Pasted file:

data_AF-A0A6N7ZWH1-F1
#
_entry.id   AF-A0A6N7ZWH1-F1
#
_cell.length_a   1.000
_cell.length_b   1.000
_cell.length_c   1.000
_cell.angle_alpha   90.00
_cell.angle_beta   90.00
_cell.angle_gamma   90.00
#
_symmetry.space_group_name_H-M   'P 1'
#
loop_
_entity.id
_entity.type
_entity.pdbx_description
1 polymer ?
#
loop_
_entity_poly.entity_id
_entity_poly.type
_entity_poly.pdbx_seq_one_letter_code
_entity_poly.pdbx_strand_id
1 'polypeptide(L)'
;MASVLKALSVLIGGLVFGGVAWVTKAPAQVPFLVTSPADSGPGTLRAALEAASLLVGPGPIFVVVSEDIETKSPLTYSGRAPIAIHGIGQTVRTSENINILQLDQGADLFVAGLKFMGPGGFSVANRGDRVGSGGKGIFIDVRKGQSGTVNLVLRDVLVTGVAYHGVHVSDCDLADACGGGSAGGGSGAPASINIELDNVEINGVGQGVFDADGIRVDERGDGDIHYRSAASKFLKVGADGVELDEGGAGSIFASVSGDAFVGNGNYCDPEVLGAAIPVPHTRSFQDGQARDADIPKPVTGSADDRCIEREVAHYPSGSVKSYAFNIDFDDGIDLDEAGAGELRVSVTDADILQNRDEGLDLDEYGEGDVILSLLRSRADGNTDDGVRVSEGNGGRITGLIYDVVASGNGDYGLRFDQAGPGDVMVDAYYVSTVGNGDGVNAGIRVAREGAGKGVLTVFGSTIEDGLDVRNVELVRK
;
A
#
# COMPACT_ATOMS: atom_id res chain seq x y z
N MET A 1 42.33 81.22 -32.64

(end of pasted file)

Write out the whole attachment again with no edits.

data_AF-A0A6N7ZWH1-F1
#
_entry.id   AF-A0A6N7ZWH1-F1
#
_cell.length_a   1.000
_cell.length_b   1.000
_cell.length_c   1.000
_cell.angle_alpha   90.00
_cell.angle_beta   90.00
_cell.angle_gamma   90.00
#
_symmetry.space_group_name_H-M   'P 1'
#
loop_
_entity.id
_entity.type
_entity.pdbx_description
1 polymer ?
#
loop_
_entity_poly.entity_id
_entity_poly.type
_entity_poly.pdbx_seq_one_letter_code
_entity_poly.pdbx_strand_id
1 'polypeptide(L)'
;MASVLKALSVLIGGLVFGGVAWVTKAPAQVPFLVTSPADSGPGTLRAALEAASLLVGPGPIFVVVSEDIETKSPLTYSGRAPIAIHGIGQTVRTSENINILQLDQGADLFVAGLKFMGPGGFSVANRGDRVGSGGKGIFIDVRKGQSGTVNLVLRDVLVTGVAYHGVHVSDCDLADACGGGSAGGGSGAPASINIELDNVEINGVGQGVFDADGIRVDERGDGDIHYRSAASKFLKVGADGVELDEGGAGSIFASVSGDAFVGNGNYCDPEVLGAAIPVPHTRSFQDGQARDADIPKPVTGSADDRCIEREVAHYPSGSVKSYAFNIDFDDGIDLDEAGAGELRVSVTDADILQNRDEGLDLDEYGEGDVILSLLRSRADGNTDDGVRVSEGNGGRITGLIYDVVASGNGDYGLRFDQAGPGDVMVDAYYVSTVGNGDGVNAGIRVAREGAGKGVLTVFGSTIEDGLDVRNVELVRK
;
A
#
# COMPACT_ATOMS: atom_id res chain seq x y z
N MET A 1 42.33 81.22 -32.64